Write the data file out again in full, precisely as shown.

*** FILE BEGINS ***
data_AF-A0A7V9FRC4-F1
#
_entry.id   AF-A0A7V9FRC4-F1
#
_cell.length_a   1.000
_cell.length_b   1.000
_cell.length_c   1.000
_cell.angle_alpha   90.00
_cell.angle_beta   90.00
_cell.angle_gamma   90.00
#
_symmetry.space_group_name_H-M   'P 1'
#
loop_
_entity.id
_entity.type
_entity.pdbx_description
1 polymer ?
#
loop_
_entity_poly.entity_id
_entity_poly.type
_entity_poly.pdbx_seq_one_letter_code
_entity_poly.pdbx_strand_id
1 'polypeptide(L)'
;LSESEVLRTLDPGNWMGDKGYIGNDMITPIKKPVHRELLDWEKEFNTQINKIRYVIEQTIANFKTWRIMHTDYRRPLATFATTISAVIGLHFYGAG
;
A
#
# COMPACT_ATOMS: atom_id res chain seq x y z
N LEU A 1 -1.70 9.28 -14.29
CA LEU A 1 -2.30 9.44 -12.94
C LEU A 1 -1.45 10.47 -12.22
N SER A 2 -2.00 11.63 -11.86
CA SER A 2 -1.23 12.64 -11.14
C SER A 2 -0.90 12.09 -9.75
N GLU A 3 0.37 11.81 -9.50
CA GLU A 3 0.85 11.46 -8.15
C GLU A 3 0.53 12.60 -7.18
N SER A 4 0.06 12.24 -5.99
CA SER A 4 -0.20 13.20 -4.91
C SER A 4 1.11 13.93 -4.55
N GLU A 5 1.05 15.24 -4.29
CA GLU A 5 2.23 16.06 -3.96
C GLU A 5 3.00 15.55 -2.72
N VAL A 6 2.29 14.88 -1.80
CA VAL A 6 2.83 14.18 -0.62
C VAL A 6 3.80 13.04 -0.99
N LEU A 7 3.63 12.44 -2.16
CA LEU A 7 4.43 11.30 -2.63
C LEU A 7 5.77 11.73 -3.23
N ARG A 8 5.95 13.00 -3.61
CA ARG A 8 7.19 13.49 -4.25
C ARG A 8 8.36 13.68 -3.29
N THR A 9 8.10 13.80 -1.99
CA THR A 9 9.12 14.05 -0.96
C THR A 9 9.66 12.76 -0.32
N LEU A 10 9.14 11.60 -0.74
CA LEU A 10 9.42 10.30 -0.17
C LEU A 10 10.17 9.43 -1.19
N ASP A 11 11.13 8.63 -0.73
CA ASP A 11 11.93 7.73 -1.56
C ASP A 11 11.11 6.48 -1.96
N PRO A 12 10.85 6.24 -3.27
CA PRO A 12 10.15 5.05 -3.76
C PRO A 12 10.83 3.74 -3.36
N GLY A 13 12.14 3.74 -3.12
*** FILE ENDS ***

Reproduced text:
data_AF-A0A7V9FRC4-F1
#
_entry.id   AF-A0A7V9FRC4-F1
#
_cell.length_a   1.000
_cell.length_b   1.000
_cell.length_c   1.000
_cell.angle_alpha   90.00
_cell.angle_beta   90.00
_cell.angle_gamma   90.00
#
_symmetry.space_group_name_H-M   'P 1'
#
loop_
_entity.id
_entity.type
_entity.pdbx_description
1 polymer ?
#
loop_
_entity_poly.entity_id
_entity_poly.type
_entity_poly.pdbx_seq_one_letter_code
_entity_poly.pdbx_strand_id
1 'polypeptide(L)'
;LSESEVLRTLDPGNWMGDKGYIGNDMITPIKKPVHRELLDWEKEFNTQINKIRYVIEQTIANFKTWRIMHTDYRRPLATFATTISAVIGLHFYGAG
;
A
#
# COMPACT_ATOMS: atom_id res chain seq x y z
N LEU A 1 -1.70 9.28 -14.29
CA LEU A 1 -2.30 9.44 -12.94
C LEU A 1 -1.45 10.47 -12.22
N SER A 2 -2.00 11.63 -11.86
CA SER A 2 -1.23 12.64 -11.14
C SER A 2 -0.90 12.09 -9.75
N GLU A 3 0.37 11.81 -9.50
CA GLU A 3 0.85 11.46 -8.15
C GLU A 3 0.53 12.60 -7.18
N SER A 4 0.06 12.24 -5.99
CA SER A 4 -0.20 13.20 -4.91
C SER A 4 1.11 13.93 -4.55
N GLU A 5 1.05 15.24 -4.29
CA GLU A 5 2.23 16.06 -3.96
C GLU A 5 3.00 15.55 -2.72
N VAL A 6 2.29 14.88 -1.80
CA VAL A 6 2.83 14.18 -0.62
C VAL A 6 3.80 13.04 -0.99
N LEU A 7 3.63 12.44 -2.16
CA LEU A 7 4.43 11.30 -2.63
C LEU A 7 5.77 11.73 -3.23
N ARG A 8 5.95 13.00 -3.61
CA ARG A 8 7.19 13.49 -4.25
C ARG A 8 8.36 13.68 -3.29
N THR A 9 8.10 13.80 -1.99
CA THR A 9 9.12 14.05 -0.96
C THR A 9 9.66 12.76 -0.32
N LEU A 10 9.14 11.60 -0.74
CA LEU A 10 9.42 10.30 -0.17
C LEU A 10 10.17 9.43 -1.19
N ASP A 11 11.13 8.63 -0.73
CA ASP A 11 11.93 7.73 -1.56
C ASP A 11 11.11 6.48 -1.96
N PRO A 12 10.85 6.24 -3.27
CA PRO A 12 10.15 5.05 -3.76
C PRO A 12 10.83 3.74 -3.36
N GLY A 13 12.14 3.74 -3.12